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Neo Noir (1940s Film Noir – #AtoZChallenge)

Generally speaking, the term film noir refers to crime thrillers, crime dramas, heist films and chase film produced from the late 1930s to the early 1950s, though many critics stretch the period as far as Orson Wells’ Touch of Evil (1958) and indicated that as the last film noir.

These film didn’t come from organic, intentional creativity, but rather they spontaneously emerged from a particular social and historical context and specific industry circumstances. At the time they were produced, nobody (neither the filmmakers nor the audience) ever had a notion that this was anything other than conventional thrillers. It was only retrospectively (in the 1950s), and from an outside look (French cinema critics) that unity of themes, narrational devices and visual effects were noted and consolidated into a new concept and possibly a new style or genre.

Neo Noir refers to post-1960s films of similar content and expression, but which consciously employ noir stylistics and conventions. Neo noir alludes to classic noir, either implicitly or explicitly, building on what is now recognised and accepted as a distinct body of films.
Where the unity of classic film noir happened spontaneously in response to the time and society that kind of film spoke to, neo noir is the appropriation of that language so to consciously send a specific message. Neo noir self-consciously revised the noir tradition in a contemporary idiom.

Although neo noir started to present its first offerings in the 1960s, it’s in the 1970s that this form of films started to come into its own, with many critics indicating Chinatown as the first neo noir.
It was in this same period that Anglo-American criticism first started to recognise and discuss film noir as a unified body of films, whereas it had previously been mostly a European concern.

French Film Noir

Rififi

I would like to mention French Film Noir as its own topic here. French Film Noir didn’t derive from American film noir. It developed independently and in parallel with it, during the same years – if over a longer period. In many respects, French Film Noir addressed the same kind of issues in slightly different ways, which may explain why the French film critics were sensitive in detecting a similar experience in Hollywood cinema.

Although dark melodramas and crime cinema already existed in France in the silent period, it was only with the advent of sound that French Film Noir really comes into its own form of expression, around the early 1930s.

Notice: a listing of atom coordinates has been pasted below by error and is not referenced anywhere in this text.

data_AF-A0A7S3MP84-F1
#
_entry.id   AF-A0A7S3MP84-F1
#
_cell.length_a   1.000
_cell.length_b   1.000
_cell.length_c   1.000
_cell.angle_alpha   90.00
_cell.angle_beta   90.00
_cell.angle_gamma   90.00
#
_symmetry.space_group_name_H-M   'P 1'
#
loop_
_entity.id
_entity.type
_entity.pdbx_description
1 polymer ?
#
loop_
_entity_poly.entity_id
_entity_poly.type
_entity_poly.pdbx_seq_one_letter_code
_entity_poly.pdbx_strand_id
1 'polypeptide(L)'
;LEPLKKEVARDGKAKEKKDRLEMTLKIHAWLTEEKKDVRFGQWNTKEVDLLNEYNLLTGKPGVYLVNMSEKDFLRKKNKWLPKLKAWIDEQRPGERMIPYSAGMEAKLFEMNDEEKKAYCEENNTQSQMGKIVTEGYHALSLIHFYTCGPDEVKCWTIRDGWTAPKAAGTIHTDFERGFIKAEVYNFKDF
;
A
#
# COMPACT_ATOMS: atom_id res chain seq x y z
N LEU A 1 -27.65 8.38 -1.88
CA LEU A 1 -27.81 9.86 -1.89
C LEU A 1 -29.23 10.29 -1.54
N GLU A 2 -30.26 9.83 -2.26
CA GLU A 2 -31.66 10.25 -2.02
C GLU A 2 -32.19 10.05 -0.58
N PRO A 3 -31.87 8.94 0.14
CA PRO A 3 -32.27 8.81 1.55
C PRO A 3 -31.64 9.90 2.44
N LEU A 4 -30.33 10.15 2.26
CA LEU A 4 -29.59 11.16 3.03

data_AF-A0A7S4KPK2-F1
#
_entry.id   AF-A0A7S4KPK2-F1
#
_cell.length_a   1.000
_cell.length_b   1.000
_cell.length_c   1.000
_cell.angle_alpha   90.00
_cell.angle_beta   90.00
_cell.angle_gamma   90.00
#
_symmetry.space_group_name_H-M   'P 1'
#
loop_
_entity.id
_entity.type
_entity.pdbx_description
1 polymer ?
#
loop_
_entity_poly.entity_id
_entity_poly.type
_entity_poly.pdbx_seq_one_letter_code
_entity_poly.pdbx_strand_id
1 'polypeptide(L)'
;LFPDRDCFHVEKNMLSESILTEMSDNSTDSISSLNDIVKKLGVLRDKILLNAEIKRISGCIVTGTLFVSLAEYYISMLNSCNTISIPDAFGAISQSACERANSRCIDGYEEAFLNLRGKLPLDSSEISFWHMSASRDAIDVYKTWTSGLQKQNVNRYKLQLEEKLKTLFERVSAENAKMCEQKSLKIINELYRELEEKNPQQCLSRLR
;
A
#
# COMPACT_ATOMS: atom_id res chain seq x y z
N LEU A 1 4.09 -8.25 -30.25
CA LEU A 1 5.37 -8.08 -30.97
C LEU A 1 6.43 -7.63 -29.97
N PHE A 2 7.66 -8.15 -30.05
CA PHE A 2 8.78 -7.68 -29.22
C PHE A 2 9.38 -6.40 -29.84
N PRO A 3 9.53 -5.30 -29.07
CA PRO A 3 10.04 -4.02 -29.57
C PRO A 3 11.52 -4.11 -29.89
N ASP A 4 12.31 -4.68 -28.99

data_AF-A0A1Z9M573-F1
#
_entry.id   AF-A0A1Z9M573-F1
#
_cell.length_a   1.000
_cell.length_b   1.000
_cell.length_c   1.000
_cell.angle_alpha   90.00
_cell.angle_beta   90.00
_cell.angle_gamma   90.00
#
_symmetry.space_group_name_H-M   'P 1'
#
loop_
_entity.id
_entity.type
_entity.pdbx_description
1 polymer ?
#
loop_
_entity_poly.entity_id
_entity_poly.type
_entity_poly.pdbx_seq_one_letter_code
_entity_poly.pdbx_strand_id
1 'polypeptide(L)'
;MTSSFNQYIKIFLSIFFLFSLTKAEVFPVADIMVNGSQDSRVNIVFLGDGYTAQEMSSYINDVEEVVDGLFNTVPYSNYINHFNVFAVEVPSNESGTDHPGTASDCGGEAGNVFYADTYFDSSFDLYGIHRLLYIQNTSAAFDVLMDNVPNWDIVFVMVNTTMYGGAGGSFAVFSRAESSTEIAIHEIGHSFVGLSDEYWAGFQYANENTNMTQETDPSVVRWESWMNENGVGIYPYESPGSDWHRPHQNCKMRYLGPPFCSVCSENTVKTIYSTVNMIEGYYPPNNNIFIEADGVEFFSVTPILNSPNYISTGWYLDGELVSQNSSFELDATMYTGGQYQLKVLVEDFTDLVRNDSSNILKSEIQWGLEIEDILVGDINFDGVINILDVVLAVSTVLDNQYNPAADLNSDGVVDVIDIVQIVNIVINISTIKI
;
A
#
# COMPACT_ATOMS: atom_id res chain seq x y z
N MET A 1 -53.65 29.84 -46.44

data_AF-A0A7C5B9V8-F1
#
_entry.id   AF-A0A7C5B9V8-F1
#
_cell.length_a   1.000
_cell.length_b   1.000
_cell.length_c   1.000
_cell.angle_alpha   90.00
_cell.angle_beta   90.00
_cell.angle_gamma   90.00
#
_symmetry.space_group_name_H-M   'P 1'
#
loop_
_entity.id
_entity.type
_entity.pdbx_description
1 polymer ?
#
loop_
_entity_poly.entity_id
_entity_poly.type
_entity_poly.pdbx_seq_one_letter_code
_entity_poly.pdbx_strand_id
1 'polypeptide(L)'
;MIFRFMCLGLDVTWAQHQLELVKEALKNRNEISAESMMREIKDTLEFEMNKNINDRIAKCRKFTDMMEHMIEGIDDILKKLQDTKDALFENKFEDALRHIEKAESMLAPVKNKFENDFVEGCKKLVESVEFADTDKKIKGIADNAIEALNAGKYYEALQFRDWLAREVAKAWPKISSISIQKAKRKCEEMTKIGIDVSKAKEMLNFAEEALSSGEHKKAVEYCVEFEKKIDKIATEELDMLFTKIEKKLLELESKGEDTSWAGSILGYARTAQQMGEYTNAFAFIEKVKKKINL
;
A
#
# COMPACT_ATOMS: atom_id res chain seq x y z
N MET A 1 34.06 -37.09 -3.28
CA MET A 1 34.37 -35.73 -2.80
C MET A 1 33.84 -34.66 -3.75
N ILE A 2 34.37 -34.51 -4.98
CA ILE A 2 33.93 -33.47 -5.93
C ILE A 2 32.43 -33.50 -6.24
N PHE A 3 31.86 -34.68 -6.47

Many different elements worked toward its rise:

  1.  Poetic Realism – A kind of dark, melodramatic film that brings together a realistic depiction of working-class life with a poetic, lyrical style. This is not confined to cinema. French writers had been fascinated with the underbelly of society, the bass-fonds (‘low depths’) from the very early modern period and particularly in the XVIII century roman noir. Authors like Victor Hugo and Honoré de Balzac wrote stories about poor people and criminals living at the margins of big cities.
    The XIX century saw a shift in the attitude of authors towards these subjects, probably due to the Romantics’ interest with bohemian life. Revulsion turned to fascination as authors continue to represent poverty, vice and crime, but observed it with a greater poetic sensibility.
    By the 1920s, this kind of sensitivity pervaded many stories, and it’s in this cultural environment that Belgian author George Simenon wrote his mystery novels where crime is located in the everyday. When poetic realism migrated into cinema, George Simenon became one of the richer single sources for French Film Noir.
  2.  German Expressionism – Just like in Hollywood, the Expressionist school had a significant influence on how films were done in France as many German émigrés passed through France on their way to the US. Some of these directors and cinematographer only staid a little while, though left their mark on the French cinema. Others stayed and trained a new generation of French cinematographers.
  3. Photography – In the 1930s, Paris became a magnet for photography experimentation, attracting many foreign photographers, particularly Central and Eastern European émigrés fleeing from the rise of the Nazis. These photographers experimented with light and shadows, not unlike the Expressionists, and were fascinated, like French artist, by the underbelly of society.